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Global Issues and Solutions for a Sustainable Tourism - Part 2 - by Florie Thielin

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Part 2 of the course developed by Florie Thielin for master's level students of Sup de Co La Rochelle : "Global Issues and Solution for a Sustainable Tourism"
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See Part 1 : https://fr.slideshare.net/floriethielin/global-issues-and-solutions-for-a-sustainable-tourism-part-1-by-florie-thielin-85861792
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Tourism impacts destinations in many ways : socially, environmentally, culturally, and economically. This course examines some well established controversies in tourism and some newly emerging controversial aspects associated with tourism as an activity and a business. For example, controversies involving clashes between visitors and host communities, the rights and wrongs of voluntourism, the impacts of Airbnb, the legitimacy of dark tourism, animals welfare in leisure activities... A particular attention will be given to ethical issues, responsible tourism and potential solutions / alternatives for a more sustainable development of the tourism industry.

Publié dans : Environnement
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Global Issues and Solutions for a Sustainable Tourism - Part 2 - by Florie Thielin

  1. 1. GLOBAL ISSUES & SOLUTIONS FOR A SUSTAINABLE TOURISM By Florie Thielin, Master's level course – 2017 PART 2
  2. 2. FREE TO SHARE  This presentation was produced with the intention of being openly utilized by the public and other professors in order to help the progress of the tourism sector towards more sustainability. It may be broadcast and used freely. If you find it particularly useful, feel free to send out a quick message to the author, Florie Thielin, you will make her day ! Email : floriethielin@gmail.com
  3. 3. Summary Part 2 A. Case Studies B. Good practices in the industry 1. Corporations vs SMEs 2. Corporations 3. Greenwashing vs. Greenhushing 4. SMEs (Small and Mediums Entreprises) 5. Tools and tips
  4. 4. Summary Part 2 A. Case Studies B. Good practices in the industry 1. Corporations vs SMEs 2. Corporations 3. Greenwashing vs. Greenhushing 4. SMEs (Small and Mediums Entreprises) 5. Tools and tips C. Niche Markets 1. Community-based 2. Nature / Ecotourism 3. Birdwatching 4. Slow tourism 5. Dark tourism 6. Last chance tourism 7. Transformative tourism D. Communication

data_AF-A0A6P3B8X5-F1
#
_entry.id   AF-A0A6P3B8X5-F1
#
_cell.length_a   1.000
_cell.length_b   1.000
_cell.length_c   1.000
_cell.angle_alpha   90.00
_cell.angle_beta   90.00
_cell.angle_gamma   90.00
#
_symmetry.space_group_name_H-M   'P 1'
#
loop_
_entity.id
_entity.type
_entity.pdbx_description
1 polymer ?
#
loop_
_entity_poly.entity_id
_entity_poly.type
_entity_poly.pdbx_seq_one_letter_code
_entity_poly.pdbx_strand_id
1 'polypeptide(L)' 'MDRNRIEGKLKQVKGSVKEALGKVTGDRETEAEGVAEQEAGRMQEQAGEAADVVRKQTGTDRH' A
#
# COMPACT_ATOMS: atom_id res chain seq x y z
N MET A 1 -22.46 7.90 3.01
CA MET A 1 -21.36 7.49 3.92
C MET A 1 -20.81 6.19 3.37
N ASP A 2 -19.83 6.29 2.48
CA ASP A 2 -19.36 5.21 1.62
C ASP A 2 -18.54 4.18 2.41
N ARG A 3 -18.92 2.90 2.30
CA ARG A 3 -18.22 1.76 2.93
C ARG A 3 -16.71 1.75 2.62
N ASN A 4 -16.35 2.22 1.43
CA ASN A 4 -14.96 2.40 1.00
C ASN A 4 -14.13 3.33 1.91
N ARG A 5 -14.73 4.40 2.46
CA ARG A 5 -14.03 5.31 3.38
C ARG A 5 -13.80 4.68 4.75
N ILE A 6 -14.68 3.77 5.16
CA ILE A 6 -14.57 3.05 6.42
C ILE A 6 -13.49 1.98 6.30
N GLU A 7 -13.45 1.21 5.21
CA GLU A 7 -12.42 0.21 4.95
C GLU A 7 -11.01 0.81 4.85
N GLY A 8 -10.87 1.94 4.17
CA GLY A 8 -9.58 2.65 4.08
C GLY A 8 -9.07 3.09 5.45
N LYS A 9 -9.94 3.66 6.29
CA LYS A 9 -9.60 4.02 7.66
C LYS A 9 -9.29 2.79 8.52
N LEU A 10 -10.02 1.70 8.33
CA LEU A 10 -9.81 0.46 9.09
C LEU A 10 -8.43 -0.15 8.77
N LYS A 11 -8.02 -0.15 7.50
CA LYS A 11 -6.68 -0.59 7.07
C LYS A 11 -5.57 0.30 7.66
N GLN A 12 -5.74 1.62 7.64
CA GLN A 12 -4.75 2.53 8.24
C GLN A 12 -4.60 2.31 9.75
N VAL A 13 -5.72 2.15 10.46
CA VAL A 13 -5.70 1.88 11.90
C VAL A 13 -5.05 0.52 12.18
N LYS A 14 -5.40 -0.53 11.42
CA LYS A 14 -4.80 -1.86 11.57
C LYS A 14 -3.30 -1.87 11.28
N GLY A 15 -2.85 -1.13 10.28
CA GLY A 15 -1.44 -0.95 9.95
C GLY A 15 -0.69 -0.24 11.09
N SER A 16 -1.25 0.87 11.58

5. 5. A. Case Studies
  6. 6. 1. Instructions Your company was recently awarded and you’re presenting its case during a conference about sustainable tourism at IBTM Barcelona :  Your company : What are its story, vision and good practices ?  Issues : Which are the main tourism challenges faced by its destination ?  Perspective : And what next in the future ?
  7. 7. 1. Instructions  Make teams of 2 students.  Choose a tourism companies which was awarded in the past.  Look for information online and contact at least one pertinent contact in the destination to ask him/her about the main tourism issues faced in the country/region/city.  End up with creative ideas of new and pertinent good practices that the company could implement (present them as if there were indeed the company plans for the future).  Present your case study to the class (15 min) on Monday 11th Dec.  The best presentations might be showcased on an article published on one of those medias : Voyageons-Autrement / TV5MONDE / Sustainability- Leaders / Travindy / Hopineo
  8. 8. 2. Certifications & Awards
  9. 9. 2. Webography – websites  In English :  Travindy : media  Sustainabilty Leaders : media  UNWTO : United Nations World Tourism Organization  See the list of international organizations on Hopineo.  In French :  Voyageons-Autrement : portail d’information  ATD – Acteurs du Tourisme Durable : association française professionnelle  ID Tourisme : blog du consultant Guillaume Cromer  Hopineo : plateforme collaborative  English & French : The Conversation
  10. 10. 2. Webography – social media  Look for specific hashtags on Twitter like :  #SustainableTourism  #IY2017 & #TravelEnjoyRespect (using Hootsuite, tweetdeck)  Ask questions on specific Facebook groups like :  Irreponsible Tourism  Global Ecotourism Network  Connect with pertinent tourism professionals on LinkedIn to ask them questions.
  11. 11. 3. Criteria of assessment  Topic well addressed and illustrated (with examples, pictures, patterns).  Transparency & pertinence of data sources and investigation method.  Quality of the oral presentation.  Appealing Power Point, well structured.
  12. 12. B. Good practices in the industry
  13. 13. 1. Corporations vs. SMEs What’s the most sustainable ? or
  14. 14. 1. Corporations vs. SMEs What’s the most sustainable travel agency ? or
  15. 15. 1. Corporations vs. SMEs What’s the most sustainable accomodation provider ? or
  16. 16. 1. Corporations vs. SMEs What’s the most sustainable restaurant ? or
  17. 17. 1. Corporations vs. SMEs The big involvement of the smallest ones is usually the most « sustainable », but…
  18. 18. 1. Corporations vs. SMEs …the little changes of the biggest ones, can also generate big impacts.